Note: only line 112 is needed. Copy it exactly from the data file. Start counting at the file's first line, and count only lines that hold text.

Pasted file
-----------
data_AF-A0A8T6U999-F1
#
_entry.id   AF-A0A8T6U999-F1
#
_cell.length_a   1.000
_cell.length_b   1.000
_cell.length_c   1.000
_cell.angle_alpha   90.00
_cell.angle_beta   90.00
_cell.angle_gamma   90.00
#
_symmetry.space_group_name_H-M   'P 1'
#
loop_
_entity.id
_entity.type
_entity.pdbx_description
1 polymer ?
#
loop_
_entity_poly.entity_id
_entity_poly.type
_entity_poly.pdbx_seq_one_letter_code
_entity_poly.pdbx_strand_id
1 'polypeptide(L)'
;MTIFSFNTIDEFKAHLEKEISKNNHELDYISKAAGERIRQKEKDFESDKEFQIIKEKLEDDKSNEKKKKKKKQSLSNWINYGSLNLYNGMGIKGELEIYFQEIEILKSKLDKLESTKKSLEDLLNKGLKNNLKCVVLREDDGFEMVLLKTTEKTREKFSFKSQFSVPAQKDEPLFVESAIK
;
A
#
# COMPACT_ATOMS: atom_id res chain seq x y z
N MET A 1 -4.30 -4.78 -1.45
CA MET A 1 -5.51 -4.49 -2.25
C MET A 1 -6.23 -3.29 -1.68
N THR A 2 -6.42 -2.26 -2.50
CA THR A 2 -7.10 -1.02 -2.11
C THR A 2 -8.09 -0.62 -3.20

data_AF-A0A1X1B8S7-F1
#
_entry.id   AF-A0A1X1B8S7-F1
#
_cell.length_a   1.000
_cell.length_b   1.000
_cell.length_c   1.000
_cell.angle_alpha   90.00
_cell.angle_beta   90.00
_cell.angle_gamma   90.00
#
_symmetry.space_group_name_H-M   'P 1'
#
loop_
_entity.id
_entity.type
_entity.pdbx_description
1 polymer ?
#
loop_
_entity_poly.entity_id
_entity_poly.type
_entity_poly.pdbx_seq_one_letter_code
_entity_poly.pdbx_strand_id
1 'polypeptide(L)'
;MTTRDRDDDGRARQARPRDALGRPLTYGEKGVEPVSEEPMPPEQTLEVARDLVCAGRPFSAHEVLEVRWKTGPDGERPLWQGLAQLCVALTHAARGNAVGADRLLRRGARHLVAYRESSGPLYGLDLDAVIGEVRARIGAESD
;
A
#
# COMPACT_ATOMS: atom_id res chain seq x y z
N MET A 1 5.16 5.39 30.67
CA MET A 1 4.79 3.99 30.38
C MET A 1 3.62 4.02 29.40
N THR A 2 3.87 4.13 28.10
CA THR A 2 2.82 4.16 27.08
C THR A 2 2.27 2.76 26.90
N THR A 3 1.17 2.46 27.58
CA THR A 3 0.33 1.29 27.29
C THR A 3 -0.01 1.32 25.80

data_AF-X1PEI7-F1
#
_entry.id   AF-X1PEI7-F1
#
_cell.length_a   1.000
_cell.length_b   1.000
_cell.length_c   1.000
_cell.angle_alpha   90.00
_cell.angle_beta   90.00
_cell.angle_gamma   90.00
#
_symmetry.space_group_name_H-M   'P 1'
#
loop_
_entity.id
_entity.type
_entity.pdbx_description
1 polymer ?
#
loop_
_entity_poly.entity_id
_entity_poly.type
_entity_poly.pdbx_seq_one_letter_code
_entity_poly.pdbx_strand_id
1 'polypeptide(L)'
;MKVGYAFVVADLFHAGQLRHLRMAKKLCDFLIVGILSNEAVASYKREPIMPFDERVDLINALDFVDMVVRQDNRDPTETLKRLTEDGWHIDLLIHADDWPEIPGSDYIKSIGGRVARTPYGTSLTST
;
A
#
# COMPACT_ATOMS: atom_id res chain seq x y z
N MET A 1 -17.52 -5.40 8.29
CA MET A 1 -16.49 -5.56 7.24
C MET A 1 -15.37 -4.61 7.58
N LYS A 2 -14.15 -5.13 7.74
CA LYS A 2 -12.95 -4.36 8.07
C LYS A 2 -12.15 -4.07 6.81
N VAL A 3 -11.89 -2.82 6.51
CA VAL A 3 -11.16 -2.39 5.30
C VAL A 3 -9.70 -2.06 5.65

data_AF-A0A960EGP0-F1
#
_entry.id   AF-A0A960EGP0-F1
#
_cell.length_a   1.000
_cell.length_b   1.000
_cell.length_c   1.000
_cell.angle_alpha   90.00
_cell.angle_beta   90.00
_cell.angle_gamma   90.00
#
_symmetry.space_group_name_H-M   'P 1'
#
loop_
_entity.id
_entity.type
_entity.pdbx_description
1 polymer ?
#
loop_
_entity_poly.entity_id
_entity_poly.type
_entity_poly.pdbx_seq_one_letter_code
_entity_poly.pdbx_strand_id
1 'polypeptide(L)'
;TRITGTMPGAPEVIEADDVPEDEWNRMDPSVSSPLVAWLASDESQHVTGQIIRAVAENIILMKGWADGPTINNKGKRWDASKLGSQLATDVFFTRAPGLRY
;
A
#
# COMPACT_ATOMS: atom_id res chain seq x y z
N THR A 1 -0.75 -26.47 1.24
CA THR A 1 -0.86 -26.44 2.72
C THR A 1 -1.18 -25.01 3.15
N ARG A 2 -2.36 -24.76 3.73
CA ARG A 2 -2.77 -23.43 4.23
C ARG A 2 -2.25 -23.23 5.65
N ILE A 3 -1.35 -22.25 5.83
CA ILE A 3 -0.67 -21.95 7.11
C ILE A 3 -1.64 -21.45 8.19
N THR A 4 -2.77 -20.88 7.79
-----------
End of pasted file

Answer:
N VAL A 3 -11.89 -2.82 6.51